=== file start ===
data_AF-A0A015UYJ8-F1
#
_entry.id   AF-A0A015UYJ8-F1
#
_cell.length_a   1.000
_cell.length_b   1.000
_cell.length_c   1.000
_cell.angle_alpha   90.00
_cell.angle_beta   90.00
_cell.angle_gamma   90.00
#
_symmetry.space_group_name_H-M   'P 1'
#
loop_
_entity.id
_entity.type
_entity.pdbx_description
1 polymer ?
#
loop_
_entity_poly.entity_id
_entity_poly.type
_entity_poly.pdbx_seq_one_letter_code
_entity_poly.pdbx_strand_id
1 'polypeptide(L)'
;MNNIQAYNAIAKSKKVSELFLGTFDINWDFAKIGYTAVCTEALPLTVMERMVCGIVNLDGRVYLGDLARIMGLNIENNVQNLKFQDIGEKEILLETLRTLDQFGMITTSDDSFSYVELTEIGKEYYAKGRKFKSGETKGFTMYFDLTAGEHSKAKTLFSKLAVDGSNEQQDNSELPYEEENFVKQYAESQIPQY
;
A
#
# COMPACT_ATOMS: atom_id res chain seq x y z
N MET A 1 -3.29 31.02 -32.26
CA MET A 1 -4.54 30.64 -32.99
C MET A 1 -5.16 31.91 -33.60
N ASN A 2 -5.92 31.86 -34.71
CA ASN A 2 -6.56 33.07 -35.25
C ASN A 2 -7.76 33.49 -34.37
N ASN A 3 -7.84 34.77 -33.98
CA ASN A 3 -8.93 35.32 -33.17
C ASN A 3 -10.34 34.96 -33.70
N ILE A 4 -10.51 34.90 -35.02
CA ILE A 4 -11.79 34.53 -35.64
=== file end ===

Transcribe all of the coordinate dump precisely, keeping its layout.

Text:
data_AF-A0A015UYJ8-F1
#
_entry.id   AF-A0A015UYJ8-F1
#
_cell.length_a   1.000
_cell.length_b   1.000
_cell.length_c   1.000
_cell.angle_alpha   90.00
_cell.angle_beta   90.00
_cell.angle_gamma   90.00
#
_symmetry.space_group_name_H-M   'P 1'
#
loop_
_entity.id
_entity.type
_entity.pdbx_description
1 polymer ?
#
loop_
_entity_poly.entity_id
_entity_poly.type
_entity_poly.pdbx_seq_one_letter_code
_entity_poly.pdbx_strand_id
1 'polypeptide(L)'
;MNNIQAYNAIAKSKKVSELFLGTFDINWDFAKIGYTAVCTEALPLTVMERMVCGIVNLDGRVYLGDLARIMGLNIENNVQNLKFQDIGEKEILLETLRTLDQFGMITTSDDSFSYVELTEIGKEYYAKGRKFKSGETKGFTMYFDLTAGEHSKAKTLFSKLAVDGSNEQQDNSELPYEEENFVKQYAESQIPQY
;
A
#
# COMPACT_ATOMS: atom_id res chain seq x y z
N MET A 1 -3.29 31.02 -32.26
CA MET A 1 -4.54 30.64 -32.99
C MET A 1 -5.16 31.91 -33.60
N ASN A 2 -5.92 31.86 -34.71
CA ASN A 2 -6.56 33.07 -35.25
C ASN A 2 -7.76 33.49 -34.37
N ASN A 3 -7.84 34.77 -33.98
CA ASN A 3 -8.93 35.32 -33.17
C ASN A 3 -10.34 34.96 -33.70
N ILE A 4 -10.51 34.90 -35.02
CA ILE A 4 -11.79 34.53 -35.64